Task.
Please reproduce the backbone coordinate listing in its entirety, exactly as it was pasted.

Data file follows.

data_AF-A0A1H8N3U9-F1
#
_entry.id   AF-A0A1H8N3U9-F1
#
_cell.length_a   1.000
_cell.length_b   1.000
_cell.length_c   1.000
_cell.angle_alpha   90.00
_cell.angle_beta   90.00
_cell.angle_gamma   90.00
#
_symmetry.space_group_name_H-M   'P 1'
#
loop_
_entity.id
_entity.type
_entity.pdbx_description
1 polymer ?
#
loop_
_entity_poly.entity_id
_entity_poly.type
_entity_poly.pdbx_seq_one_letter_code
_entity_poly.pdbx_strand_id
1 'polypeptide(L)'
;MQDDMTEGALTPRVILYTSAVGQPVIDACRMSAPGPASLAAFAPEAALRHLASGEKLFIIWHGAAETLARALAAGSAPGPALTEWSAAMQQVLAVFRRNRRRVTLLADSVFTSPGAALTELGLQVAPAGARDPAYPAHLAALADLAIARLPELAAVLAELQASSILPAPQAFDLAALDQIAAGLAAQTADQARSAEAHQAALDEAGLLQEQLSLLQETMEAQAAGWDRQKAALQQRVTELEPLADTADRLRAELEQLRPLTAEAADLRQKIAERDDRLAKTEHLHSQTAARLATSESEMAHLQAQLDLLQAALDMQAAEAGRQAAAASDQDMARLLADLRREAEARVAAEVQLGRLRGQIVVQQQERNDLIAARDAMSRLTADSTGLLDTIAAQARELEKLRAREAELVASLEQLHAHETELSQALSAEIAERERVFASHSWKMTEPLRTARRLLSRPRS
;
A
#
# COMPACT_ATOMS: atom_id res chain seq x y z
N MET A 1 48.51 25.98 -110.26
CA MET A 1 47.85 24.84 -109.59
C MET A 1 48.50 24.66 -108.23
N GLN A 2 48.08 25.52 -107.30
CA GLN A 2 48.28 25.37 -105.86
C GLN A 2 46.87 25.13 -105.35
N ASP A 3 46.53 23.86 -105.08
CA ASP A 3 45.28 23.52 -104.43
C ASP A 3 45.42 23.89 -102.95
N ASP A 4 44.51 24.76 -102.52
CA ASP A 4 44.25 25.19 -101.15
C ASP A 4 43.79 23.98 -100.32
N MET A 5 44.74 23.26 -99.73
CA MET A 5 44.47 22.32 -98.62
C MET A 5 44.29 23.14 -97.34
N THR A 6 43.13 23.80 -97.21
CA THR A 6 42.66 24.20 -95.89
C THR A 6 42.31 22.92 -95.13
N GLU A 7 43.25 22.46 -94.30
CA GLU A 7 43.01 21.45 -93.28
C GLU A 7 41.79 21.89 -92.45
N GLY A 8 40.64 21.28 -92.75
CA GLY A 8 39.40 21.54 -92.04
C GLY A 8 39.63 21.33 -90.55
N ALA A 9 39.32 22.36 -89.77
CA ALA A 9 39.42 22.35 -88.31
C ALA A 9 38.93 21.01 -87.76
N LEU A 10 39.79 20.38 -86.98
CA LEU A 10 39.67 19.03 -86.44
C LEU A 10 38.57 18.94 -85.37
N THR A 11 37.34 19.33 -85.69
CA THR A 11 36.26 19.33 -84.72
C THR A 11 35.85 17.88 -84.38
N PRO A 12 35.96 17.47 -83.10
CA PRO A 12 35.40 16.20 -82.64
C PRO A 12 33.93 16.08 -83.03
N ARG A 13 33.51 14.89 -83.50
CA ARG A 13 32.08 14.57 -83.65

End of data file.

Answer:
data_AF-A0A1H8N3U9-F1
#
_entry.id   AF-A0A1H8N3U9-F1
#
_cell.length_a   1.000
_cell.length_b   1.000
_cell.length_c   1.000
_cell.angle_alpha   90.00
_cell.angle_beta   90.00
_cell.angle_gamma   90.00
#
_symmetry.space_group_name_H-M   'P 1'
#
loop_
_entity.id
_entity.type
_entity.pdbx_description
1 polymer ?
#
loop_
_entity_poly.entity_id
_entity_poly.type
_entity_poly.pdbx_seq_one_letter_code
_entity_poly.pdbx_strand_id
1 'polypeptide(L)'
;MQDDMTEGALTPRVILYTSAVGQPVIDACRMSAPGPASLAAFAPEAALRHLASGEKLFIIWHGAAETLARALAAGSAPGPALTEWSAAMQQVLAVFRRNRRRVTLLADSVFTSPGAALTELGLQVAPAGARDPAYPAHLAALADLAIARLPELAAVLAELQASSILPAPQAFDLAALDQIAAGLAAQTADQARSAEAHQAALDEAGLLQEQLSLLQETMEAQAAGWDRQKAALQQRVTELEPLADTADRLRAELEQLRPLTAEAADLRQKIAERDDRLAKTEHLHSQTAARLATSESEMAHLQAQLDLLQAALDMQAAEAGRQAAAASDQDMARLLADLRREAEARVAAEVQLGRLRGQIVVQQQERNDLIAARDAMSRLTADSTGLLDTIAAQARELEKLRAREAELVASLEQLHAHETELSQALSAEIAERERVFASHSWKMTEPLRTARRLLSRPRS
;
A
#
# COMPACT_ATOMS: atom_id res chain seq x y z
N MET A 1 48.51 25.98 -110.26
CA MET A 1 47.85 24.84 -109.59
C MET A 1 48.50 24.66 -108.23
N GLN A 2 48.08 25.52 -107.30
CA GLN A 2 48.28 25.37 -105.86
C GLN A 2 46.87 25.13 -105.35
N ASP A 3 46.53 23.86 -105.08
CA ASP A 3 45.28 23.52 -104.43
C ASP A 3 45.42 23.89 -102.95
N ASP A 4 44.51 24.76 -102.52
CA ASP A 4 44.25 25.19 -101.15
C ASP A 4 43.79 23.98 -100.32
N MET A 5 44.74 23.26 -99.73
CA MET A 5 44.47 22.32 -98.62
C MET A 5 44.29 23.14 -97.34
N THR A 6 43.13 23.80 -97.21
CA THR A 6 42.66 24.20 -95.89
C THR A 6 42.31 22.92 -95.13
N GLU A 7 43.25 22.46 -94.30
CA GLU A 7 43.01 21.45 -93.28
C GLU A 7 41.79 21.89 -92.45
N GLY A 8 40.64 21.28 -92.75
CA GLY A 8 39.40 21.54 -92.04
C GLY A 8 39.63 21.33 -90.55
N ALA A 9 39.32 22.36 -89.77
CA ALA A 9 39.42 22.35 -88.31
C ALA A 9 38.93 21.01 -87.76
N LEU A 10 39.79 20.38 -86.98
CA LEU A 10 39.67 19.03 -86.44
C LEU A 10 38.57 18.94 -85.37
N THR A 11 37.34 19.33 -85.69
CA THR A 11 36.26 19.33 -84.72
C THR A 11 35.85 17.88 -84.38
N PRO A 12 35.96 17.47 -83.10
CA PRO A 12 35.40 16.20 -82.64
C PRO A 12 33.93 16.08 -83.03
N ARG A 13 33.51 14.89 -83.50
CA ARG A 13 32.08 14.57 -83.65